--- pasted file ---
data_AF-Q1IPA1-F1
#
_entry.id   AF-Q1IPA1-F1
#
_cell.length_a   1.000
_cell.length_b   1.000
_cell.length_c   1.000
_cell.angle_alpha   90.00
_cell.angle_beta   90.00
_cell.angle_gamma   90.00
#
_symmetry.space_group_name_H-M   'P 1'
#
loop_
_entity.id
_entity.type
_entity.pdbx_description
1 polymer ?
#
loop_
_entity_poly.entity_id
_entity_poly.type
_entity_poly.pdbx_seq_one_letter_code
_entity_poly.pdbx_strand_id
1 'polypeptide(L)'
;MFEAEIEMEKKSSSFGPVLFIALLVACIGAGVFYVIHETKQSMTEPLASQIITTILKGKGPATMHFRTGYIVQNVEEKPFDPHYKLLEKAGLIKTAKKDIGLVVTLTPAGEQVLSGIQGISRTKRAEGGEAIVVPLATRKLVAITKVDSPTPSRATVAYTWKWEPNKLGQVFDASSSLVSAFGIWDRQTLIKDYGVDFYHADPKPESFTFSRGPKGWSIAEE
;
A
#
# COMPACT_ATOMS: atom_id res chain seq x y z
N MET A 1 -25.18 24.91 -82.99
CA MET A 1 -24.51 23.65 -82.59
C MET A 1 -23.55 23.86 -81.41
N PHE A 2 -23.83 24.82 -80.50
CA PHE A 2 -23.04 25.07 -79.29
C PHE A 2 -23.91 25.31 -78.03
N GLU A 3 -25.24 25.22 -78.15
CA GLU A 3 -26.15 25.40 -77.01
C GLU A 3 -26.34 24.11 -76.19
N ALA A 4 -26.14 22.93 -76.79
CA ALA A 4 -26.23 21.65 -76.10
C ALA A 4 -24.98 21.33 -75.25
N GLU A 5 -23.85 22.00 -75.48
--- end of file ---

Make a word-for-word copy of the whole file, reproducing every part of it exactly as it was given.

data_AF-Q1IPA1-F1
#
_entry.id   AF-Q1IPA1-F1
#
_cell.length_a   1.000
_cell.length_b   1.000
_cell.length_c   1.000
_cell.angle_alpha   90.00
_cell.angle_beta   90.00
_cell.angle_gamma   90.00
#
_symmetry.space_group_name_H-M   'P 1'
#
loop_
_entity.id
_entity.type
_entity.pdbx_description
1 polymer ?
#
loop_
_entity_poly.entity_id
_entity_poly.type
_entity_poly.pdbx_seq_one_letter_code
_entity_poly.pdbx_strand_id
1 'polypeptide(L)'
;MFEAEIEMEKKSSSFGPVLFIALLVACIGAGVFYVIHETKQSMTEPLASQIITTILKGKGPATMHFRTGYIVQNVEEKPFDPHYKLLEKAGLIKTAKKDIGLVVTLTPAGEQVLSGIQGISRTKRAEGGEAIVVPLATRKLVAITKVDSPTPSRATVAYTWKWEPNKLGQVFDASSSLVSAFGIWDRQTLIKDYGVDFYHADPKPESFTFSRGPKGWSIAEE
;
A
#
# COMPACT_ATOMS: atom_id res chain seq x y z
N MET A 1 -25.18 24.91 -82.99
CA MET A 1 -24.51 23.65 -82.59
C MET A 1 -23.55 23.86 -81.41
N PHE A 2 -23.83 24.82 -80.50
CA PHE A 2 -23.04 25.07 -79.29
C PHE A 2 -23.91 25.31 -78.03
N GLU A 3 -25.24 25.22 -78.15
CA GLU A 3 -26.15 25.40 -77.01
C GLU A 3 -26.34 24.11 -76.19
N ALA A 4 -26.14 22.93 -76.79
CA ALA A 4 -26.23 21.65 -76.10
C ALA A 4 -24.98 21.33 -75.25
N GLU A 5 -23.85 22.00 -75.48